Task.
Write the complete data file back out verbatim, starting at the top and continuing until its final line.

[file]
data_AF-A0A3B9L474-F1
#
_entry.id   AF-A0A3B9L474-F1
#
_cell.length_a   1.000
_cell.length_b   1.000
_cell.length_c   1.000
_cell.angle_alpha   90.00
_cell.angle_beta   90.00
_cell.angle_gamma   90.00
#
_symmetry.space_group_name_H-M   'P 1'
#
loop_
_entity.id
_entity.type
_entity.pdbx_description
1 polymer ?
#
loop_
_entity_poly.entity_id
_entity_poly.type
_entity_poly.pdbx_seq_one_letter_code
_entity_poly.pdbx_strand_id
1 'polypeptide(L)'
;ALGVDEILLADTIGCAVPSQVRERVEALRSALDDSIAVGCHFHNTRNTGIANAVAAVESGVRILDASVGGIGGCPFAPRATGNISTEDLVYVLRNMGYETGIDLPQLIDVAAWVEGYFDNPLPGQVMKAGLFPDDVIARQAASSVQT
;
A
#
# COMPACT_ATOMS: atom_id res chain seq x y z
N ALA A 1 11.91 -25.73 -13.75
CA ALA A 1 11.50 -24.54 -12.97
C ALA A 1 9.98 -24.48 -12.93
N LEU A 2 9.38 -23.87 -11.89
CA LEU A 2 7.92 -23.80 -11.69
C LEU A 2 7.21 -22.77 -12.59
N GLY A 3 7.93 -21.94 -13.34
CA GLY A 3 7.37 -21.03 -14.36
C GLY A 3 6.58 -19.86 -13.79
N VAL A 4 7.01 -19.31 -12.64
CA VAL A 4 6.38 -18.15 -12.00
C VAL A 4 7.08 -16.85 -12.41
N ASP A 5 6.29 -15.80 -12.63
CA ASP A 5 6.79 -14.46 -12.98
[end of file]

data_AF-A0A3B9L474-F1
#
_entry.id   AF-A0A3B9L474-F1
#
_cell.length_a   1.000
_cell.length_b   1.000
_cell.length_c   1.000
_cell.angle_alpha   90.00
_cell.angle_beta   90.00
_cell.angle_gamma   90.00
#
_symmetry.space_group_name_H-M   'P 1'
#
loop_
_entity.id
_entity.type
_entity.pdbx_description
1 polymer ?
#
loop_
_entity_poly.entity_id
_entity_poly.type
_entity_poly.pdbx_seq_one_letter_code
_entity_poly.pdbx_strand_id
1 'polypeptide(L)'
;ALGVDEILLADTIGCAVPSQVRERVEALRSALDDSIAVGCHFHNTRNTGIANAVAAVESGVRILDASVGGIGGCPFAPRATGNISTEDLVYVLRNMGYETGIDLPQLIDVAAWVEGYFDNPLPGQVMKAGLFPDDVIARQAASSVQT
;
A
#
# COMPACT_ATOMS: atom_id res chain seq x y z
N ALA A 1 11.91 -25.73 -13.75
CA ALA A 1 11.50 -24.54 -12.97
C ALA A 1 9.98 -24.48 -12.93
N LEU A 2 9.38 -23.87 -11.89
CA LEU A 2 7.92 -23.80 -11.69
C LEU A 2 7.21 -22.77 -12.59
N GLY A 3 7.93 -21.94 -13.34
CA GLY A 3 7.37 -21.03 -14.36
C GLY A 3 6.58 -19.86 -13.79
N VAL A 4 7.01 -19.31 -12.64
CA VAL A 4 6.38 -18.15 -12.00
C VAL A 4 7.08 -16.85 -12.41
N ASP A 5 6.29 -15.80 -12.63
CA ASP A 5 6.79 -14.46 -12.98